City of
Madison

District 15

Alder Grant Foster

Image of Alder Grant Foster

Alder Grant Foster

Contact Information

Home Address:

3930 Anchor Drive
Madison , WI 53714

Council Office

Common Council Office:
210 Martin Luther King, Jr. Blvd
Room 417
Madison, WI 53703
Phone: (608) 266-4071
Fax: (608) 267-8669
WI Relay Service

Alder Foster’s Updates

Gun Violence, Traffic Calming, Vote!! - D15 Update 8/10/20

August 10, 2020 12:41 PM

D15 Poll Map
Find your polling place on the map here.

Last Week

  • Gun Violence Continues - While this incident near Garner Park on Tuesday night received significant attention from the media, there were several more incidents of guns being fired from cars including this incident along Milwaukee Street on Friday night and this incident off of Walbridge and continuing along Thompson on Sunday.

With over 350 shell casings recovered in the last month and 11 people struck by bullets resulting in one fatality, this has been one of the worst months for gunfire in Madison's history.

I have heard a lot of frustrated residents asking what is being done. Some point their fingers at the police or the mayor or the common council and demand to know what others are doing to fix this problem. Some individuals are using the situation as a political tool to make the case for increased police funding, as if this gun violence were the result of insufficient police funding or that more funding will somehow make it go away.

We live in a nation that would not have come into existence without a heavy reliance on guns; in a nation that prioritizes the right of people to purchase and carry guns above the rights of people to be safe from gun violence; in a nation that has criminalized drugs and created a 'war' against them that has contributed greatly to an increase in gun violence; in a nation that tolerates such an enormous gap between those that have a lot and those that have very little. The problem with gun violence in our community in this moment of time cannot be taken out of that context and we will continue to struggle as a community without real reform at the state and national levels.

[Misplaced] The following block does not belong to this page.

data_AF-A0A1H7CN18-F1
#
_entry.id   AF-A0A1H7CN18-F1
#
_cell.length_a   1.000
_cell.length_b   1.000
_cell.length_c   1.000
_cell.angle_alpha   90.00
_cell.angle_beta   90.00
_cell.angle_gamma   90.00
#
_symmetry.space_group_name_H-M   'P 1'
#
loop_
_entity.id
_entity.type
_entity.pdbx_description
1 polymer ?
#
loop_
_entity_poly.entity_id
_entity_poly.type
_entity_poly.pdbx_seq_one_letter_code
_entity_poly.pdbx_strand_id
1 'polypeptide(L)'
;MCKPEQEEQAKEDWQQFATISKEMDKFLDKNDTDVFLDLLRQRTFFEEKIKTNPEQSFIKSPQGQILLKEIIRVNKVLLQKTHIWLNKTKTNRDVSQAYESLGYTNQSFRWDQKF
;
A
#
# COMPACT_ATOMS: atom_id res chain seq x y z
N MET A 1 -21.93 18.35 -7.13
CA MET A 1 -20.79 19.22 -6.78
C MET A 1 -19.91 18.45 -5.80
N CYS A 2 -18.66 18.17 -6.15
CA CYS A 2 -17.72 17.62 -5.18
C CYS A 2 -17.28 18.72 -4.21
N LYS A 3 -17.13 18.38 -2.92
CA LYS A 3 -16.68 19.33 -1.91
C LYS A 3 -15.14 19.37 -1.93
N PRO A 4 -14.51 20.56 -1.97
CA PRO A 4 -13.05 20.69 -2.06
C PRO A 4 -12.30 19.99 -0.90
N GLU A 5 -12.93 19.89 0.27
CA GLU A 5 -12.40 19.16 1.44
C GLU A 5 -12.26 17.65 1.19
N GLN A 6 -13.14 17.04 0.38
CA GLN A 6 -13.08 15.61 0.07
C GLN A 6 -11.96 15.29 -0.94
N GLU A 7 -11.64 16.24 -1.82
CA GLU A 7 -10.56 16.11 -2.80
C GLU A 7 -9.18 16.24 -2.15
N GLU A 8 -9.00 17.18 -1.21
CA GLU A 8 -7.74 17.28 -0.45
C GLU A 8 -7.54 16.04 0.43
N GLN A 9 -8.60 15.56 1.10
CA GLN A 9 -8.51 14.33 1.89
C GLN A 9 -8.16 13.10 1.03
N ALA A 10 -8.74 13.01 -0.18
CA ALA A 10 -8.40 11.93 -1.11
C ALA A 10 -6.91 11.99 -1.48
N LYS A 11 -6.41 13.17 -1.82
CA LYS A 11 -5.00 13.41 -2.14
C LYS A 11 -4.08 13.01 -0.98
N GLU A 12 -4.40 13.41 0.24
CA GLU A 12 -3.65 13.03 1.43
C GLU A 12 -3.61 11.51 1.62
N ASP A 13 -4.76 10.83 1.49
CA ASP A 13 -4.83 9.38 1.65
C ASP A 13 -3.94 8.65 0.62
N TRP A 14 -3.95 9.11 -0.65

While it's reasonable to expect that those that you have voted for have a major role to play, the truth is that there are many complicated systems in place that make 'fixing' this problem extraordinarily difficult. There are layers of city, county, state, and federal jurisdiction that all need fixing in order to make meaningful progress in addressing the root causes of this condition.

Here are brief summaries of the authority and responsibility of various city officials:

  • Madison Common Council: The Common Council in Madison is made up of the mayor and 20 alders. The Common Council has broad responsibility to "have the management and control of the city property, finances, highways, navigable waters, and the public service, and shall have power to act for the government and good order of the city, for its commercial benefit, and for the health, safety, and welfare of the public, and may carry out its powers by license, regulation, suppression, borrowing of money, tax levy, appropriation, fine, imprisonment, confiscation, and other necessary or convenient means." In practical terms, the Common Council uses its taxing authority to raise money, its budget authority to allocate how that money is spent, and the power of ordinances to make city laws.